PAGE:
The Department of Justice made a major announcement last week that demonstrates that it is serious about finding those who defraud various COVID-19 relief programs and holding them accountable to the fullest extent of the law.
Over the course of the last three months alone, working in concert with numerous law enforcement partners, including the FBI and various Offices of Inspector General, DOJ brought more than 700 law enforcement actions of one kind or another. Criminal charges were filed against 371 defendants, 119 of whom pleaded guilty or were convicted at trial. Courts imposed more than $57 million in restitution. One hundred seventeen civil cases were filed, resulting in more than $10 million in judgments. Forfeitures exceeding $231 million were secured.
Notably, 63 of the defendants had alleged connections to violent crime and 25 had connections to transnational criminal networks.
Among the programs targeted by fraudsters were the Small Business Administration’s Paycheck Protection Program and Economic Injury Disaster Loan Program, the Emergency Rental Assistance Program, the IRS Employee Retention Credit Program, and there was considerable fraud with respect to pandemic-related healthcare billing.
Furthermore, two additional COVID-19 Fraud Enforcement Strike Forces were announced, one at the U.S. Attorney’s Office for the District of Colorado and the other at its counterpart in New Jersey, bringing the total number of such strike forces to five.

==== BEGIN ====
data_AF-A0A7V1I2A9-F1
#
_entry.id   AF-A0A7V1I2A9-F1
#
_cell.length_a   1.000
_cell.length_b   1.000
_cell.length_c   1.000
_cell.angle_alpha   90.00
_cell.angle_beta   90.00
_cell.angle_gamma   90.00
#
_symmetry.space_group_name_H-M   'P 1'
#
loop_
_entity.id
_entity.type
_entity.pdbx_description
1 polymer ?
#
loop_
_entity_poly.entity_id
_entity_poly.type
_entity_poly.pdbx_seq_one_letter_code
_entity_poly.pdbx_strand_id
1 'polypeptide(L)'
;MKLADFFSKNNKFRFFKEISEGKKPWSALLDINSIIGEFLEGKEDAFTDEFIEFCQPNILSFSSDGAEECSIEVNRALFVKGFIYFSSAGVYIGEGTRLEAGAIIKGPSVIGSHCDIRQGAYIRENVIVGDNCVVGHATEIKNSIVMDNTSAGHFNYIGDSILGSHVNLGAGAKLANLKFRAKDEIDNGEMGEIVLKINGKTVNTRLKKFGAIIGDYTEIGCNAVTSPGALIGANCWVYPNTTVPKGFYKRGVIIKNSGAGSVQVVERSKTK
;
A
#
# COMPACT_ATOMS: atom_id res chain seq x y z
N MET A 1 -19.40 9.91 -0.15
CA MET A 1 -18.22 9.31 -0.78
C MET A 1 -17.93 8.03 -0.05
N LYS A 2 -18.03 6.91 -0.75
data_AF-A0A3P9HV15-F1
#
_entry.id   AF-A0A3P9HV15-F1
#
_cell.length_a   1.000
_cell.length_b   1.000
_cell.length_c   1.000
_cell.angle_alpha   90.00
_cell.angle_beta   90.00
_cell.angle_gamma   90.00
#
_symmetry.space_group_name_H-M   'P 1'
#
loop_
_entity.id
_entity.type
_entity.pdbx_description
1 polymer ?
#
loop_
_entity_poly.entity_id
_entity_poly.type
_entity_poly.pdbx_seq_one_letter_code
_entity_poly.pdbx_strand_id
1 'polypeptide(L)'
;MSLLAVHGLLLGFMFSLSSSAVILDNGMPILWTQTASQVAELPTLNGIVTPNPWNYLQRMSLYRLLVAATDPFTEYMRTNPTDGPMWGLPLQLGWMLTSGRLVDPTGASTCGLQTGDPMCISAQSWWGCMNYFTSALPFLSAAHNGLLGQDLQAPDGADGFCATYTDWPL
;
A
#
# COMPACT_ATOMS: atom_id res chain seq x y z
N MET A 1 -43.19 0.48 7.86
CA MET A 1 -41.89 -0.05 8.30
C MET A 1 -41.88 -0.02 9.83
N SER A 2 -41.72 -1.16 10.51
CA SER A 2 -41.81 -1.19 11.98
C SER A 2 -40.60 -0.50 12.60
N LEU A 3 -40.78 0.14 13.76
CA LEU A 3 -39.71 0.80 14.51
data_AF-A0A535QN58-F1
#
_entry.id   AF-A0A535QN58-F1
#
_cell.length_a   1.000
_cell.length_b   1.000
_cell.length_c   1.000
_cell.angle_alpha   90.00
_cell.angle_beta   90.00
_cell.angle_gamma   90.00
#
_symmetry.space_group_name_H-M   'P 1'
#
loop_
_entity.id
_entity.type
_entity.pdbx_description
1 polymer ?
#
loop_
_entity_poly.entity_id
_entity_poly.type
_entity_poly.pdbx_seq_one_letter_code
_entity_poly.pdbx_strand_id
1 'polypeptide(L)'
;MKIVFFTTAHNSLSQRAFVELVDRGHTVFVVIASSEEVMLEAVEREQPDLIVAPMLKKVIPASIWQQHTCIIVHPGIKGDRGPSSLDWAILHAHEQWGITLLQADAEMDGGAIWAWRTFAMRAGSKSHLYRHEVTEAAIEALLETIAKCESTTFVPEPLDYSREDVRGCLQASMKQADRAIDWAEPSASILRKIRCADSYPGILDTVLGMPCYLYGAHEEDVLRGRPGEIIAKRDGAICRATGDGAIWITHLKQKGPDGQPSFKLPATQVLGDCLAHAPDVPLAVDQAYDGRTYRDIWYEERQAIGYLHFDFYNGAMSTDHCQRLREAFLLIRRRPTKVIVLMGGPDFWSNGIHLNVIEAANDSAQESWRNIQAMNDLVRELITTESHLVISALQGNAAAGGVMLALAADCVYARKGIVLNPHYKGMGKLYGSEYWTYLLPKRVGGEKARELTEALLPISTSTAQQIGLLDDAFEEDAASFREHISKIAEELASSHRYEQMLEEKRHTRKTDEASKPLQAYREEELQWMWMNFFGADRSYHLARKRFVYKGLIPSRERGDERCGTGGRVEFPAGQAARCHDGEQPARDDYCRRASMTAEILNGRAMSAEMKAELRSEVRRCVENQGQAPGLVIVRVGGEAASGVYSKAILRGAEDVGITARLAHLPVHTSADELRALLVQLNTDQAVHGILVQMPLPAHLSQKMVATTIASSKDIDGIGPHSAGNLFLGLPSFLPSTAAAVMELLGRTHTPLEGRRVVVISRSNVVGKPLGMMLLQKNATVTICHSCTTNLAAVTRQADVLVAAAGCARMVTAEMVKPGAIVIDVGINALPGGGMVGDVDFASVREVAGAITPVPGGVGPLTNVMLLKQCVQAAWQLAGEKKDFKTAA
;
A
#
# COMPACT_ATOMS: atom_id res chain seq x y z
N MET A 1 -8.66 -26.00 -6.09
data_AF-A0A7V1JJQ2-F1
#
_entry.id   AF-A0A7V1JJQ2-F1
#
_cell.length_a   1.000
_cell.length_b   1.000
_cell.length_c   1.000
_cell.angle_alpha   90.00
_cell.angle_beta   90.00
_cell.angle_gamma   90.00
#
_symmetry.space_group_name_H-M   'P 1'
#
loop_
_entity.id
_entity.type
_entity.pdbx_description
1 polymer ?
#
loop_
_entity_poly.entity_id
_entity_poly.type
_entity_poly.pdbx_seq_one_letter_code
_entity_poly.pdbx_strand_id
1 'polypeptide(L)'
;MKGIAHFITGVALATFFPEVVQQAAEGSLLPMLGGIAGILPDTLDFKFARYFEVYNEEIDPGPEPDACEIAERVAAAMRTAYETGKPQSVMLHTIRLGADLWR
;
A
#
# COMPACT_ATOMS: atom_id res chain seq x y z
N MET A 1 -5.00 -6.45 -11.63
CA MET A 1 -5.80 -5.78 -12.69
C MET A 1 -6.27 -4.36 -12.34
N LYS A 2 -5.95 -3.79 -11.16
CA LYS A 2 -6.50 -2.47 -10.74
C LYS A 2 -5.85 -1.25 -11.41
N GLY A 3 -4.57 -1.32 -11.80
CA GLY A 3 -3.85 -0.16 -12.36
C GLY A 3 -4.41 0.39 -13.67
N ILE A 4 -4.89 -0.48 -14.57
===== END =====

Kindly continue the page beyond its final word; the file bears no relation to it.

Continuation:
Since the crackdown on pandemic-related fraud began in 2021, $1.4 billion in stolen funds have been seized and more than 3,000 defendants have been charged criminally all across the country.
According to the Acting Director of COVID-19 Fraud Enforcement, “…this announcement is not a victory lap. Our mission is not complete…the Justice Department…is committed to using our criminal, civil, and forfeiture tools to hold these fraudsters accountable.”
This is a warning to individuals and companies that committed fraud, or have reason to believe that fraud may be alleged, that DOJ may, metaphorically or literally, knock on their door any day now. So, if those who have reason to be concerned have not yet engaged counsel to help craft the best possible defense given the applicable facts and law, the time to do so is now.